Another giant of tech hardware aims to make money by selling insights.
Cisco Systems announced Thursday what it calls “connected analytics,” a mix of hardware, software and services based on sensor data. The idea is to offer rapid analysis of fast-changing information, like the people moving through a store, or beer sold in a stadium, so that companies can respond in time.
The strategy may also be a way for Cisco, which celebrated its 30th anniversary Thursday, to extract more money from the data transmission networks it has installed for customers.
Connected analytics involves a significant amount of computer processing of data near the action, on machines tied to the Cisco network. Cisco argues that this is faster and more efficient than sending everything to a central processing computer.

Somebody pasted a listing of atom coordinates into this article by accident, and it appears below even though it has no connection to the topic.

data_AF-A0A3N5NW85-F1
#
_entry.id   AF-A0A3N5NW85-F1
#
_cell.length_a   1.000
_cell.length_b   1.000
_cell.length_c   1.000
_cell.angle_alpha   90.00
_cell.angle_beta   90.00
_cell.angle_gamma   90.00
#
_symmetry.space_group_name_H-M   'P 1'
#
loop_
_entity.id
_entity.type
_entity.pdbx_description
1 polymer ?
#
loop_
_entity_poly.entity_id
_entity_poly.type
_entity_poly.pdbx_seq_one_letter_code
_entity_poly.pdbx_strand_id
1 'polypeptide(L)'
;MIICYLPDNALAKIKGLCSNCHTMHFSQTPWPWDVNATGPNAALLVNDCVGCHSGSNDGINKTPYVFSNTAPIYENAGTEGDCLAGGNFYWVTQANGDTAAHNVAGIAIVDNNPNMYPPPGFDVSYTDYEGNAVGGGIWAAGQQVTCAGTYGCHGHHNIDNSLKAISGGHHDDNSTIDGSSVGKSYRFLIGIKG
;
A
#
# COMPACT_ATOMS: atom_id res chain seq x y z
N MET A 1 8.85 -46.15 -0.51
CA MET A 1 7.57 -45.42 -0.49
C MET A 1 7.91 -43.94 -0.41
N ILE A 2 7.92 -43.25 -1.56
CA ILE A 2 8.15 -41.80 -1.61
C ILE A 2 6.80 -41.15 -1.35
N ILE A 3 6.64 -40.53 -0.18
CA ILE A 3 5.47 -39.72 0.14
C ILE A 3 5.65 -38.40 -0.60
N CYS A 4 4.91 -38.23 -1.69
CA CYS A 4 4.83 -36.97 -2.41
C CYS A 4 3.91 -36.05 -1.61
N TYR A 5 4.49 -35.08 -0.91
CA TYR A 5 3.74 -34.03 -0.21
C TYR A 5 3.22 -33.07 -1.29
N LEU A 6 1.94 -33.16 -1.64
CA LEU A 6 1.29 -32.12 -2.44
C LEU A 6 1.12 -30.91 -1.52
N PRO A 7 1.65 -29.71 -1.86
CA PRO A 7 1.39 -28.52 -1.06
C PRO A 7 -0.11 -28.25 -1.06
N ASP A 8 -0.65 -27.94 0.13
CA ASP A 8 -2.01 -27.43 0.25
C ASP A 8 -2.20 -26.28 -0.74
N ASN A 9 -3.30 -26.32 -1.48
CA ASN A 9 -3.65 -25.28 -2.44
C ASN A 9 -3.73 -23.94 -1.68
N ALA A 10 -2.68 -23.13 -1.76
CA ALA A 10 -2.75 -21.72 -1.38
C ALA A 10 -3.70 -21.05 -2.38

“Analytics is still highly centralized, but data is decentralized,” said Michael Flannagan, general manager of Cisco’s data analytics business. “There will be more and more use cases where analytics at the edge will be important.”
He cited a large retailer that tracked movements of people through its stores. When many people shopped in the frozen food section, it indicated that they were about to check out. (You wouldn’t want that stuff melting in your basket while you buy crackers.) That was a sign to increase the number of available cashiers. In the case of a soccer stadium, Wi-Fi information from cellphones could tell about people’s movements and consumption.